The Foley-Arrigo Building is characteristic of nineteenth-century, commercial/residential buildings type that utilized the modern innovations and building technologies of the era. Moreover, buildings routinely served the needs of immigrants that operated a variety of family stores in the lowest floors, from grocery stores an bakeries to furniture shops and laundry facilities, while living in the apartments on the floors above the stores.
The Foley-Arrigo Building on Racine stood in the heart of Chicago's largest Italian-American neighborhood commonly referred to as Little Italy. (Although Italians did not constitute a majority of the population there). Racine was a heavily traveled street where horse-drawn wagons carried produce to and from the South Water Market (Racine and 15th Street) to the Fulton Market. The Arrigo family, like many residents in the neighborhood, were employed in the produce trades. As noted in the Encyclopedia of Chicago, Of the 6,773 Italians living in Chicago in 1896, the Chicago City Directory listed 22 Italian saloonkeepers, 154 fruit merchants, 32 grocery store owners, and 38 confectioners, as well as several of the city's most respected fine dining establishments. In addition to selling produce, the Arrigo family with a corner building operated several stores in the building, including an ice cream and soda shop, a deli, a shoe shop, and coffee store.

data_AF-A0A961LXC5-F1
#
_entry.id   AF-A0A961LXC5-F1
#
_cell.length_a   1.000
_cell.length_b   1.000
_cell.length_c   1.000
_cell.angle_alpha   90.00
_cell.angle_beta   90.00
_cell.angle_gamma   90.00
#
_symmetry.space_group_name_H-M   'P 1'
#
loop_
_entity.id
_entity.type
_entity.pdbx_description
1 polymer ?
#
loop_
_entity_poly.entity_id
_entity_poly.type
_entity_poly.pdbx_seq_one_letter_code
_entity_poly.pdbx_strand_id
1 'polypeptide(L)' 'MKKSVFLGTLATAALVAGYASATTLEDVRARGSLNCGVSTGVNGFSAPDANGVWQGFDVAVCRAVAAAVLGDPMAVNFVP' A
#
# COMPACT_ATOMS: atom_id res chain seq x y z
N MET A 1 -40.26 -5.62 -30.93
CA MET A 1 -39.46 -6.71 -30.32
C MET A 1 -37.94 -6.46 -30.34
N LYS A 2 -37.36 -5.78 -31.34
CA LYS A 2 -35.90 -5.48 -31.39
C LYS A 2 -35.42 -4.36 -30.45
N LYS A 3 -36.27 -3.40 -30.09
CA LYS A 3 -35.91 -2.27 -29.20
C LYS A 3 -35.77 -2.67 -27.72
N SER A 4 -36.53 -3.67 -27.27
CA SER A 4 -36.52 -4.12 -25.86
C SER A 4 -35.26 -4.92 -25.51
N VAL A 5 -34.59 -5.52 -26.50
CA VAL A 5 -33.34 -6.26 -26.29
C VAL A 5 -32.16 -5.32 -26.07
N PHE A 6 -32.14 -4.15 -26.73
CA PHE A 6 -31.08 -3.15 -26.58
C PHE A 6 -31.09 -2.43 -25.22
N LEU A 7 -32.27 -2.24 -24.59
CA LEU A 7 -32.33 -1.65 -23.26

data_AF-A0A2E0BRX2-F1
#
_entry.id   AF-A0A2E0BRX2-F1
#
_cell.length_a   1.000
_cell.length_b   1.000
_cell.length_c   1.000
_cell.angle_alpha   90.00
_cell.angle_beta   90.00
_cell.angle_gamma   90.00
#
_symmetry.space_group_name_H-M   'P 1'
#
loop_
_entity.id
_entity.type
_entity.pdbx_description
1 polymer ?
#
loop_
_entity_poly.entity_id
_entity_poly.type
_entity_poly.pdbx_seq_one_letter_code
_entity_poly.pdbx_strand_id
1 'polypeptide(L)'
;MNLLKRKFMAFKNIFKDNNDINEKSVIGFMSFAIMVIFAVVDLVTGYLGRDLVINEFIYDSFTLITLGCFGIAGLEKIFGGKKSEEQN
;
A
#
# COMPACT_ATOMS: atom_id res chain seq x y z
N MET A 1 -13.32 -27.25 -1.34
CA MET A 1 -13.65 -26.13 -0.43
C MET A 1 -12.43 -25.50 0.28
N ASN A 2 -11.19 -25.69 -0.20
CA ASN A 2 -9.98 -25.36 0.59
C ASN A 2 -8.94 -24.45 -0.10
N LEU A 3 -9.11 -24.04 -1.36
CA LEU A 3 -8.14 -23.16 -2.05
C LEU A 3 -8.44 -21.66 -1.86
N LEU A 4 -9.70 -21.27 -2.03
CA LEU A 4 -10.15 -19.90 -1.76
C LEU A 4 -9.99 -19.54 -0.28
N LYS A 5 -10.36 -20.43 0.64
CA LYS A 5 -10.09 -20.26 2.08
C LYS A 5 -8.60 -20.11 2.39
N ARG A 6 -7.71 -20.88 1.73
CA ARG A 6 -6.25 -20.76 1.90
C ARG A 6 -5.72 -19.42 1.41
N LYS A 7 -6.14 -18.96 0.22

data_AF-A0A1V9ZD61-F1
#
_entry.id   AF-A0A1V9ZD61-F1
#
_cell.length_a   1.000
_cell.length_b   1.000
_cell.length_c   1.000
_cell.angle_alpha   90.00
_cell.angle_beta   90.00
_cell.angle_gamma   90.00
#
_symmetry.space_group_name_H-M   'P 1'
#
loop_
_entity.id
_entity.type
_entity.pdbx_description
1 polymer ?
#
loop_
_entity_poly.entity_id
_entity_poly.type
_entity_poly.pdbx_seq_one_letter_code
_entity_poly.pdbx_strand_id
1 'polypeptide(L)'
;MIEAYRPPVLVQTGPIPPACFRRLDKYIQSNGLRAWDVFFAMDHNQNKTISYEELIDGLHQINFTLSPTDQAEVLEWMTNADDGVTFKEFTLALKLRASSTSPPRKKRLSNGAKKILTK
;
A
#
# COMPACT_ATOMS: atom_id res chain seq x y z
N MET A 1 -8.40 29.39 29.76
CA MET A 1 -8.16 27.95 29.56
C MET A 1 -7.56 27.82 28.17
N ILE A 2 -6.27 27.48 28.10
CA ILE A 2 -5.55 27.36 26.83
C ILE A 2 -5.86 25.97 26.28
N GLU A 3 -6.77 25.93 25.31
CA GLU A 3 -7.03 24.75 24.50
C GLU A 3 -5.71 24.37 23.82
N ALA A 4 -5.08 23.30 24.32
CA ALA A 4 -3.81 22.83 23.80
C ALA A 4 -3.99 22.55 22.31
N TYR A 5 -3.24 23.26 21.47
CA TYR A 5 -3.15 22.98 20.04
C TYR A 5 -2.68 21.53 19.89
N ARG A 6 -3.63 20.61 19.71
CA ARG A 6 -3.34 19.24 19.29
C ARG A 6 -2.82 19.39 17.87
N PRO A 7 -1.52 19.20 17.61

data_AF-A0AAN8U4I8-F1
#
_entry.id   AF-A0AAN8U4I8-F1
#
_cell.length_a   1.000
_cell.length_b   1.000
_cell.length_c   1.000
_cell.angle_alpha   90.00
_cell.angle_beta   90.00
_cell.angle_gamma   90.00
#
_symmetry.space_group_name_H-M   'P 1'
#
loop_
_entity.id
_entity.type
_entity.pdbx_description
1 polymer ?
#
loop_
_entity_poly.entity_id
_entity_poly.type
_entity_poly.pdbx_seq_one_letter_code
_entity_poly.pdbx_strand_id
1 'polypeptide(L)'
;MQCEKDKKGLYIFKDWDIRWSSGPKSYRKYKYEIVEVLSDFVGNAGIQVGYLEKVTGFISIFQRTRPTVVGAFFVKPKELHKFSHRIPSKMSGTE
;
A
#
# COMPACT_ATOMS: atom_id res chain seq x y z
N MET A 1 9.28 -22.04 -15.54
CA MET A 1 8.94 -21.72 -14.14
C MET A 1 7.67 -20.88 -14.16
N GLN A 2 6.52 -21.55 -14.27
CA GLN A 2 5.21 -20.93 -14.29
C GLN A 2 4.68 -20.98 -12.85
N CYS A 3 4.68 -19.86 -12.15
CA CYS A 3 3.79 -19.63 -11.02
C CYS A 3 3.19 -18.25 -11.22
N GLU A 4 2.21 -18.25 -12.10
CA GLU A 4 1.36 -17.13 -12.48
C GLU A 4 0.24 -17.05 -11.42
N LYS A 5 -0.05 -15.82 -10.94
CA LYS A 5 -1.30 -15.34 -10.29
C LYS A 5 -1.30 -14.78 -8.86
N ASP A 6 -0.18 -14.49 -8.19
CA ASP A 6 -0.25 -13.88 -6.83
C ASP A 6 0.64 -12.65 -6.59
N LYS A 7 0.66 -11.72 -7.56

One notable member of the Sicilian-born Arrigo family, Victor A. Arrigo, led a successful career as a local politician, representing the Chicago's Near West Side, mostly comprised of Italian-Americans. Italians faced discrimination during its early years of arrival. Indeed, one historian, Thomas A. Guglielmo, notes that many of them felt a connection to African Americans, feeling they shared in their fight against discrimination (although that changed as Italians evolved into a race deemed white, which altered the dynamic between the two races). As such, Victor is best known for sponsoring anti-discrimination legislation, which gained him accolades and praise; nearby Arrigo Park was named for him after Victor passed away in 1973.
In summary, the building represents turn-of-the-century culture dominated by European immigration, with each neighborhood marked by particular nationalities, and the day-to-day life dominated by traffic and street-side family markets. In particular, the Jennie Foley-Victor A. Arrigo Building stands as one of the few remnants of an Italian-American enclave, and as the building for which Victor Arrigo arose to prominence as a politician who fought against Italian discrimination.